The Portfolio Holder for Finance advised that a campaign had taken place last year, following advice from the Committee, to promote the Discretional Housing Benefit and extra funding had been placed in the budget to extend the scheme.  He suggested that Members should act in the role as community champions to help to get the message out to local communities.  He also reiterated that support was available to residents who were finding it difficult to pay rent/Council Tax.


A Member queried whether it would be possible to organise a poster campaign advertising the locations of foodbanks and warm places.  The Portfolio Holder for Finance suggested that this information be sent out with the Council Tax bills and he offered to discuss this further with the Communications, Marketing and Design Manager.  Another Member suggested that Facebook be used to advertise the support available to residents.


The Portfolio Holder for Finance thanked the Section 151 Officer for the presentation and offered thanks to the Finance Section for their hard work in maintaining the Council’s finances to ensure that a balanced budget had been achieved.  He stressed the importance of financial stability in order to deliver services to the residents of the District.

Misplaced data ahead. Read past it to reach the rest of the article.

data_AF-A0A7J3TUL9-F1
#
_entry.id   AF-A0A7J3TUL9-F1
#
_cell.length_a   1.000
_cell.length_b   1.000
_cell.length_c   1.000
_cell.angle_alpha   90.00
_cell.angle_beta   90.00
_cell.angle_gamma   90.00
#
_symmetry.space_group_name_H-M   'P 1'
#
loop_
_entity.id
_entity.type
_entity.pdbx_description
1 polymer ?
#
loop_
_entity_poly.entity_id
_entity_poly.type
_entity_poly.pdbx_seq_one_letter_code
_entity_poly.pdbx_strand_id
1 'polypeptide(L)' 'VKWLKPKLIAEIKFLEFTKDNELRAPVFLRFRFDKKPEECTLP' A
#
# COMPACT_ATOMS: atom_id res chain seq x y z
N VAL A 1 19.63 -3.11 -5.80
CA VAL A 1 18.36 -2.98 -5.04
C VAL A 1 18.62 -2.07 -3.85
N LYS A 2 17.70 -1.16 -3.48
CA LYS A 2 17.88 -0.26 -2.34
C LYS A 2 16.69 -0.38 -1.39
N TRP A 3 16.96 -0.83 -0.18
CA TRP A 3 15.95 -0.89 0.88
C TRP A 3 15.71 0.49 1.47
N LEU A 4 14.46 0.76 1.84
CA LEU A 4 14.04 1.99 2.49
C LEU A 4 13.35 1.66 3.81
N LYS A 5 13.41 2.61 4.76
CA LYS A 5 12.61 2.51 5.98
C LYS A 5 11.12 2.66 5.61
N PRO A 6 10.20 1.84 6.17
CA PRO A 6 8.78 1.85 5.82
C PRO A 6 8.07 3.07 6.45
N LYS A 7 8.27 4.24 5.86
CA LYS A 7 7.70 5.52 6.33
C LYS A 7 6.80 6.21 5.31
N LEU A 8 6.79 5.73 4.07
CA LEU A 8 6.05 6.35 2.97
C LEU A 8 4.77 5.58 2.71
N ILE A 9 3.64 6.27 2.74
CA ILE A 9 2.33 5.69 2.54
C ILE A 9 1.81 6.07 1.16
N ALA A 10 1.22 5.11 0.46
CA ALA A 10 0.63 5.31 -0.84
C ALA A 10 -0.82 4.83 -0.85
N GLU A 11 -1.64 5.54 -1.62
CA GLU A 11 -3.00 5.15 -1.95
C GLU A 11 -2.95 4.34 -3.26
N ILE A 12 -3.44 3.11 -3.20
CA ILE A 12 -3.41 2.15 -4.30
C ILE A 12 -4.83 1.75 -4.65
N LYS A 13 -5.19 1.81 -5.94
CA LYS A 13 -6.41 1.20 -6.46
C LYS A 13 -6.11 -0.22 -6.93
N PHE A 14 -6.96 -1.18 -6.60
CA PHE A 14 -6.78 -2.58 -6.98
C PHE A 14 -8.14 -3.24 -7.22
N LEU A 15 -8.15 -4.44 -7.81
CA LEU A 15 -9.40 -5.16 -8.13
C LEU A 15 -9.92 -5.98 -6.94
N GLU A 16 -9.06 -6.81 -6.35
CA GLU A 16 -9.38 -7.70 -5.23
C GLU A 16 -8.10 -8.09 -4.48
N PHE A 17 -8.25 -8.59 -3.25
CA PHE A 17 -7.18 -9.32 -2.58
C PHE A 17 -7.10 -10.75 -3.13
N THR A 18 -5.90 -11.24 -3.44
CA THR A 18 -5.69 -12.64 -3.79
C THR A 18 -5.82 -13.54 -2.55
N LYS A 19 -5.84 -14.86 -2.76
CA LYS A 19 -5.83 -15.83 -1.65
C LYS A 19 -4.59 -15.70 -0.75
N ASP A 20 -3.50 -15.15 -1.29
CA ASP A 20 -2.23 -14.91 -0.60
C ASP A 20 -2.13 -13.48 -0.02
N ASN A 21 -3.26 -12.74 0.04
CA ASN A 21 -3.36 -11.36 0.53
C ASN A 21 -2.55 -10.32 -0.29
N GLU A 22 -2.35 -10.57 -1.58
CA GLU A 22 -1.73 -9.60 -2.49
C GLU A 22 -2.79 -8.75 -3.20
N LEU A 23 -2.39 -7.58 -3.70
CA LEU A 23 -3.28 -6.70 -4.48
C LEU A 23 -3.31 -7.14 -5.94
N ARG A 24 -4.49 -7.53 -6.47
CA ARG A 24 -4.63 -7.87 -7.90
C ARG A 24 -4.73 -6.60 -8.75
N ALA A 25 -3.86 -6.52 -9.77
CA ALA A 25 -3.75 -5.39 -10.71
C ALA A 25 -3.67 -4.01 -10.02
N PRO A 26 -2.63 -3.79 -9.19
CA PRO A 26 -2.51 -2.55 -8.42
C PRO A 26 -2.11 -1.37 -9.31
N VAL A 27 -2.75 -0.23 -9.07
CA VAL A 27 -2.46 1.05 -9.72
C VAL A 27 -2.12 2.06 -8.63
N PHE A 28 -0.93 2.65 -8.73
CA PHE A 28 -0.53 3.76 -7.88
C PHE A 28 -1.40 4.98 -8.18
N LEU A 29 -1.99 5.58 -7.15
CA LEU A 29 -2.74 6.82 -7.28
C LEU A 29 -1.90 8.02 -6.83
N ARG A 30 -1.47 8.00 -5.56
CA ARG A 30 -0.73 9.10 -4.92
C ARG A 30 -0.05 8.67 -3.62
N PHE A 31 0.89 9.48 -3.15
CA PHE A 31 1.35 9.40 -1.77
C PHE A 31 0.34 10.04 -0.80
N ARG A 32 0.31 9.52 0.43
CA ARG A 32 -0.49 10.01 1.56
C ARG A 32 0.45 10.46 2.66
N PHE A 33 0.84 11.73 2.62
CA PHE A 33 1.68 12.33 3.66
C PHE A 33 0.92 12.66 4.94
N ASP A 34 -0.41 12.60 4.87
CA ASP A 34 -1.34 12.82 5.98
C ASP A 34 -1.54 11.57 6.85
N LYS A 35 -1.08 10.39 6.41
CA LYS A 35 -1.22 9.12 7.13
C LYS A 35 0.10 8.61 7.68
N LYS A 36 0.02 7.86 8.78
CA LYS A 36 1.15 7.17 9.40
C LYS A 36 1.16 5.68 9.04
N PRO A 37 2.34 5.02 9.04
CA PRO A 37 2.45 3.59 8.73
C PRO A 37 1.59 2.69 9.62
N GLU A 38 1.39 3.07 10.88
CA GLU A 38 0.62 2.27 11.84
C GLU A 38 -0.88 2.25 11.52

A Member queried the support available to businesses who were experiencing difficulties with the payment of Business Rates and rents.  The Section 151 Officer advised that the same flexible approach was given to businesses that were in arrears and that arrangements for payment could be put in place by contacting the Revenues Section.


Moved by Councillor Tom Munro and seconded by Councillor Andrew Joesbury

RESOLVED that the report be noted.


Supporting documents: